I was walking along a sidewalk path during one of my afternoon strolls, when I suddenly spotted a specimen that seemed to be a bit unusual.
It was growing next to a construction area, and when I came closer to take a look at it, I realized it was because the plant had quite attractive spiral leaves.
Was this a genotypic attribute of the species or variety, or a result of some abiotic or biotic condition that was fleeting and would disappear when the condition was removed?
When I got home I immediately started googling for any other cases of this phenomenon.
I did find a sedge that had really twisty leaves called Juncus effusus 'Spiralis', but the specimen I found looked different. There was also talk about how such a form seems to be prevalent in arid and windy regions, perhaps in order to resist the damaging effects of wind. Others hypothesized that such a form would be optimized for photosynthesis, since no matter the location of the sun, some part of the leaf would be placed to intercept its rays. The grass Danthonia spicata has twisted wiry leaves when dried, but these leaves were fresh looking and new, and not wiry at all, so I did not think it was this species.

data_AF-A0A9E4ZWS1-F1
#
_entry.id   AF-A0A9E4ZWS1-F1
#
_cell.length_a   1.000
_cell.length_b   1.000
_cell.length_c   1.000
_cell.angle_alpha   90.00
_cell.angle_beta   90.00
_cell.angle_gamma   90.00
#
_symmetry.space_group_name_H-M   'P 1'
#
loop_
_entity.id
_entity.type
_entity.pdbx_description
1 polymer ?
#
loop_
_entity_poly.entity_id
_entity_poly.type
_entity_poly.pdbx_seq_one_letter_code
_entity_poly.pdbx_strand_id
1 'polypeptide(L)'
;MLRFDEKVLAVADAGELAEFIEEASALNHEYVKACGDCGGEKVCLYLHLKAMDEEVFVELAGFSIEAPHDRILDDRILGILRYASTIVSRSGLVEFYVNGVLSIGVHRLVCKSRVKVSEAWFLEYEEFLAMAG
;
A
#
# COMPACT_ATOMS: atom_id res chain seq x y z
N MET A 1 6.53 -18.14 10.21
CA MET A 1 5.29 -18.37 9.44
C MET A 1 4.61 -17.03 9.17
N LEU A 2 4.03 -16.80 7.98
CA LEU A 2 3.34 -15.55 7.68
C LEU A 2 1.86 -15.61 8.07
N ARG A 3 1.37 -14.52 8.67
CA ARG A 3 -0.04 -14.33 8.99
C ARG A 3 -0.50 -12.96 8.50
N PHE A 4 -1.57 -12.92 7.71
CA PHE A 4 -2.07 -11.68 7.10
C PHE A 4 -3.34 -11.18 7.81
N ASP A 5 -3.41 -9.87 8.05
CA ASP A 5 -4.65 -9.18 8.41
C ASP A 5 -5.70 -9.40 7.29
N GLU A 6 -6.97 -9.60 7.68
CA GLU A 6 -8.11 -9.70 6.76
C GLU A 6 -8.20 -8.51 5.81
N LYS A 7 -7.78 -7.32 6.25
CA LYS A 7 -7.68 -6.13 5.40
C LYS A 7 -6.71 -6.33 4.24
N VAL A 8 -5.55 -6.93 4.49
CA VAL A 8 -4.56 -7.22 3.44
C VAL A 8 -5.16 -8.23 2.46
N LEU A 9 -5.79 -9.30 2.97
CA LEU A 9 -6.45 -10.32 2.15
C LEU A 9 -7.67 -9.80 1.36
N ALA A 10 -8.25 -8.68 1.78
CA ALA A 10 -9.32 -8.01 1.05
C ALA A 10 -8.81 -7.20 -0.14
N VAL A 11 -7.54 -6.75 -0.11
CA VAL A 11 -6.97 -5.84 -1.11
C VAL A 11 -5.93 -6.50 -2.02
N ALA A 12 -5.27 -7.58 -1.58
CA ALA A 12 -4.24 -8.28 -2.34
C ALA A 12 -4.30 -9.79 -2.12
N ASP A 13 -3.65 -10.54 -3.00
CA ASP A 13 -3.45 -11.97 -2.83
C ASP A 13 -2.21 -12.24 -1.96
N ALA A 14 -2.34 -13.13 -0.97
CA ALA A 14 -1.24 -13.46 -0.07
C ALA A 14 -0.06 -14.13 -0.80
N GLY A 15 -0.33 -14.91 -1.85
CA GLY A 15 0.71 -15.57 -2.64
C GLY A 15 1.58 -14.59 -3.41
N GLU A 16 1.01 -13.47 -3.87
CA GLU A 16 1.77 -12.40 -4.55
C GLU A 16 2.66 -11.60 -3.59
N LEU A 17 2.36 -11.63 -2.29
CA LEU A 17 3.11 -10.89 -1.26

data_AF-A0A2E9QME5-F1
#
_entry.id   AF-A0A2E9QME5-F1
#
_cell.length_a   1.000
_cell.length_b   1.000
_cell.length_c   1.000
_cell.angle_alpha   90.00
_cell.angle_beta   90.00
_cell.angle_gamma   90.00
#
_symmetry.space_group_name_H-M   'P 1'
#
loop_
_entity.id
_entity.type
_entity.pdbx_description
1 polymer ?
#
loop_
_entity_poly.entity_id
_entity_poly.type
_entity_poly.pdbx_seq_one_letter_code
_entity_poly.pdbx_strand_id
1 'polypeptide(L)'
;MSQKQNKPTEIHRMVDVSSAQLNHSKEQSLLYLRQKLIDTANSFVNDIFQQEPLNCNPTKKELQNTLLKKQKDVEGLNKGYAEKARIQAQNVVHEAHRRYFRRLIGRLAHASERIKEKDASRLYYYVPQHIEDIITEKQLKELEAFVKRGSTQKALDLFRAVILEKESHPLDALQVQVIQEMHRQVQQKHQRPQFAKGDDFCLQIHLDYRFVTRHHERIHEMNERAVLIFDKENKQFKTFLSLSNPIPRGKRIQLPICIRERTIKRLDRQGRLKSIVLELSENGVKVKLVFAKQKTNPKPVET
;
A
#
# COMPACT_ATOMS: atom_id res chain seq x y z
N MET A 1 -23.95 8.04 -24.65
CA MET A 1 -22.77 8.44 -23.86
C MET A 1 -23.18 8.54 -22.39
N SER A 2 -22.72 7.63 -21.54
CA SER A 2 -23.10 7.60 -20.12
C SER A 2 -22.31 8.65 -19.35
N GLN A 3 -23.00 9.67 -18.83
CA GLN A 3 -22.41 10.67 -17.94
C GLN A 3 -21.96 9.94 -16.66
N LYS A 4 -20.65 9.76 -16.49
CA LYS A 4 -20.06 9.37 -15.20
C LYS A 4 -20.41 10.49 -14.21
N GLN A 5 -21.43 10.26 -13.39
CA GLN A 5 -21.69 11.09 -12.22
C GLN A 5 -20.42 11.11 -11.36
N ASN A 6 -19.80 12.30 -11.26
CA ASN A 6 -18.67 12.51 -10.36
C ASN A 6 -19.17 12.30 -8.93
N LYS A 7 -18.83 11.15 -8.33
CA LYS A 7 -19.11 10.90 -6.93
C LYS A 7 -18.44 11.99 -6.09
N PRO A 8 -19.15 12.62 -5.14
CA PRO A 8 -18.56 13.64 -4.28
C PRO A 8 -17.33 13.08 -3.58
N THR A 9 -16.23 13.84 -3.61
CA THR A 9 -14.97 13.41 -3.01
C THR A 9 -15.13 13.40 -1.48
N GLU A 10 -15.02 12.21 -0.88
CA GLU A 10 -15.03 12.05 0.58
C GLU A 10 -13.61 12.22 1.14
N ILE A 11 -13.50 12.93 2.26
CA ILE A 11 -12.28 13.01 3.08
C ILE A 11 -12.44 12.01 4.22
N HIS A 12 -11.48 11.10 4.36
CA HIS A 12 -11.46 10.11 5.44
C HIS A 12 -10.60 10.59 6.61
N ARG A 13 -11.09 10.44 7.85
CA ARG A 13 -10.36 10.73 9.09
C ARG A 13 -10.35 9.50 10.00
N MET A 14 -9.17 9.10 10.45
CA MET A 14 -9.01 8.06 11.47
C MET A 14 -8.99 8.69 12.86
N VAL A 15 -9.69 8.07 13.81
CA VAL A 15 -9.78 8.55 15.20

|Twisting or spiral appearance of the flag leaf can be caused by low temperatures (Lindsey et al, 2020)|
I also found a paper that noted that the flag leaf of winter wheat (usually Triticum aestivum) can form a spiral when damaged by freezing temperatures (Lindsey et al, 2020, see image above). This effect was accompanied by yellowing or browning of the leaf, something which I did not see in the specimen.
Lindsey, Laura & Alt, Douglas & Lindsey, Alexander. (2020). Freeze symptoms and associated yield loss in soft red winter wheat. Crop, Forage & Turfgrass Management. 7. 10.1002/cft2.20078.